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Information Technology Rules, 2021

  • 13 Mar 2021
  • 8 min read

This article is based on “The new media rules are a tightening noose” which was published in The Hindu on 13/03/2021. It talks about the issues related to recently notified Information Technology (Intermediary Guidelines and Digital Media Ethics Code) Rules, 2021.

Recently, the Ministry of Electronics and Information Technology has notified Information Technology (Intermediary Guidelines and Digital Media Ethics Code) Rules, 2021. These new rules broadly deal with the regulation of social media and over-the-top (OTT) platforms and digital news.

These rules seek to provide compliance of law and a grievance redressal mechanism for users of social media platforms, messaging applications, streaming services as also digital news publishers.

The government envisages controlling hate speech which gets proliferated through these platforms and threatens national security. However, critics pointed that the question of stricter regulation of digital media will lead to restriction of free speech and undermining of democracy.

Need for Digital Media Regulation

  • Ensuring Compliance to Domestic Laws: Major digital media platforms operating in India are of foreign origin.
    • The rules emphasize the need for these social media intermediaries and online content providers, whether for entertainment or informative purposes, to strictly comply with the Constitution and domestic laws of India.
  • Setting Accountability: It extends its approach to instill a sense of accountability against misuse and abuse by social media users and is the first of its kind to bring social media use under the regulatory framework of the Information Technology Act.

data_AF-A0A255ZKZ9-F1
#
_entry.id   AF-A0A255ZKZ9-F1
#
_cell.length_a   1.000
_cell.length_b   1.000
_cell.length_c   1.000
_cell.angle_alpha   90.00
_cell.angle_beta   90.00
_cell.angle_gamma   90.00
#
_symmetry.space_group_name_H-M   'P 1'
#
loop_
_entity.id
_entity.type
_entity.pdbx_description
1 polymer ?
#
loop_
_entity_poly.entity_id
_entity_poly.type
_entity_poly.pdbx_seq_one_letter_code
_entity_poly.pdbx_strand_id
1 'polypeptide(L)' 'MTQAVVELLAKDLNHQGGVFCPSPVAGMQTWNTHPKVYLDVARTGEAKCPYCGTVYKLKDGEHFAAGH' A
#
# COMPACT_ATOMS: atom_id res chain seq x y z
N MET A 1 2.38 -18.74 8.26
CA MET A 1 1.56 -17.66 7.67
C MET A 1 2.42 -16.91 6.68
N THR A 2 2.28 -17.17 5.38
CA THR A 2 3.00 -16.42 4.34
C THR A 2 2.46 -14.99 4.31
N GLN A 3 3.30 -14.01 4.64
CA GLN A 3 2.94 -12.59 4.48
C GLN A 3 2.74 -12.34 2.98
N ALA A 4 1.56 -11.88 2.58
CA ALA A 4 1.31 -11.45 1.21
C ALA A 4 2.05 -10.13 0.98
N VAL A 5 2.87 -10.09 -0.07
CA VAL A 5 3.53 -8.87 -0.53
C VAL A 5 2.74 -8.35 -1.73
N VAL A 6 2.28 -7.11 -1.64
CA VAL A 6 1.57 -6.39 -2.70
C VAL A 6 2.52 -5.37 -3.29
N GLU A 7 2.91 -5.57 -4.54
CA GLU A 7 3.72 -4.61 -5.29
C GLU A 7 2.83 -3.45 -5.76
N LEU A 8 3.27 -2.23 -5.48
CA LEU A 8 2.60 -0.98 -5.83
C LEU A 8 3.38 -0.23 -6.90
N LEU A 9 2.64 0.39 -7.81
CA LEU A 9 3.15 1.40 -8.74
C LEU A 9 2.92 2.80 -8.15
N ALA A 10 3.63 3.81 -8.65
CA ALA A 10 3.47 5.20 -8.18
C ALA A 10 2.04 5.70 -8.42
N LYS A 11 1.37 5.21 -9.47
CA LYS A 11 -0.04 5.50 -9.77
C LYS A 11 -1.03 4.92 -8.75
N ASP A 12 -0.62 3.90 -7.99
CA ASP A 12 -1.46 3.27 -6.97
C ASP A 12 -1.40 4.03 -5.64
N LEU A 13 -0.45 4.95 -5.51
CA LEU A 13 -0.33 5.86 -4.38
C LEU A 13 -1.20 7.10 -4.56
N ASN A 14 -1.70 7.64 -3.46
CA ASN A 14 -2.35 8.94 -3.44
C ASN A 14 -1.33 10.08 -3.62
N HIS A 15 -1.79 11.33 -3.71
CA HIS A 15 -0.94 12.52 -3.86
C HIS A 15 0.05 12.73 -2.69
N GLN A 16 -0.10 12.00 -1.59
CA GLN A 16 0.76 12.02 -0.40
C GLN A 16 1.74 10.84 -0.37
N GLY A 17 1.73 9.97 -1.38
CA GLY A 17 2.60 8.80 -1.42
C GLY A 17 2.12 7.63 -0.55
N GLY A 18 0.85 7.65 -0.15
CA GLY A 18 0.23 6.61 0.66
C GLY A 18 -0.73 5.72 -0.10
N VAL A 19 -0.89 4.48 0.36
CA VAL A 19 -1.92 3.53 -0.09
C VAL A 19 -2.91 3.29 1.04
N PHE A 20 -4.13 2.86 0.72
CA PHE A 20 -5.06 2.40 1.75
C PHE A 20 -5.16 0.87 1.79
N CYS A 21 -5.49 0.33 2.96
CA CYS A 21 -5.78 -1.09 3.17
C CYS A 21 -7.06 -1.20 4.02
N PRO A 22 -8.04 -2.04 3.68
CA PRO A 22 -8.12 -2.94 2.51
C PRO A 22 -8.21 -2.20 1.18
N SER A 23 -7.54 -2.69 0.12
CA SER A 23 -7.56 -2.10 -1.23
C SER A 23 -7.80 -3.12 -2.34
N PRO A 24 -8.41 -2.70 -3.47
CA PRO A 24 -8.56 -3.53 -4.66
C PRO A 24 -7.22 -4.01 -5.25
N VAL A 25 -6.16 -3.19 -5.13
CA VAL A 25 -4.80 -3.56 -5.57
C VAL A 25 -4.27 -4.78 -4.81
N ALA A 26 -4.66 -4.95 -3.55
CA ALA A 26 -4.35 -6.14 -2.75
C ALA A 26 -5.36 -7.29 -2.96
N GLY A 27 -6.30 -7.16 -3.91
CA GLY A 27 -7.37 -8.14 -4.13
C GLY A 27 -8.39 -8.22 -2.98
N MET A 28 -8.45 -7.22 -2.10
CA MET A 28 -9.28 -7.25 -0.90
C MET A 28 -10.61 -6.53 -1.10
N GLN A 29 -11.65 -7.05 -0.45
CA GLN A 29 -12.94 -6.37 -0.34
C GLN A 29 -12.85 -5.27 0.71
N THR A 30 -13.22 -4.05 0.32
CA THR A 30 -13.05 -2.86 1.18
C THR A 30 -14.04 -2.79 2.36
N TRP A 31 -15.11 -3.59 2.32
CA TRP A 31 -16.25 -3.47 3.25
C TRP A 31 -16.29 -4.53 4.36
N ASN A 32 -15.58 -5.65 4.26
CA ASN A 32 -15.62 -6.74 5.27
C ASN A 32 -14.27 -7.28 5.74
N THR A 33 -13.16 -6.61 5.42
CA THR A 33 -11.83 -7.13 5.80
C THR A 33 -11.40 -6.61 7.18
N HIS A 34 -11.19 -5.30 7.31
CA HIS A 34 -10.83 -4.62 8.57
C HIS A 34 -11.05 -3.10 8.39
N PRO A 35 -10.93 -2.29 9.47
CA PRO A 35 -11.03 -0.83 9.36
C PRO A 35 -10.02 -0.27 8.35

• Bringing Uniformity: There are many laws to combat unlawful content that are already in place. The recent rules envisage bringing their uniform application.
  • Social Imperative: It lays a special emphasis on the protection of women against the progression of sexual offenses on social media. It also envisages checking the proliferation of fake news and hate speech.

Associated Issues with the Rules

  • Distortion of the Idea of Self-regulation: For digital publishers of news and current affairs as well as video streaming services, a three-tier structure for grievance redressal has been mandated.
    • With an inter-ministerial committee of government officials in effect becoming an appellate authority over the self-regulatory exercise.
    • This would be self-regulation by the media organization and the industry at the government’s pleasure.

Three-Tier Redressal Mechanism

The notified rules set out an elaborate time-bound three-tier process whereby each and every such grievance:

  • First handled at the level of the portal itself by its own grievance officer.
  • If not satisfactorily settled, it passes on to the self-regulatory body of the sector or industry.
  • If yet not resolved, moves further up to an inter-ministerial oversight committee of the central government.
  • Compliance Burden: The sheer process of such grievance handling can impede the operations of a relatively smaller digital venture in the news and current affairs space.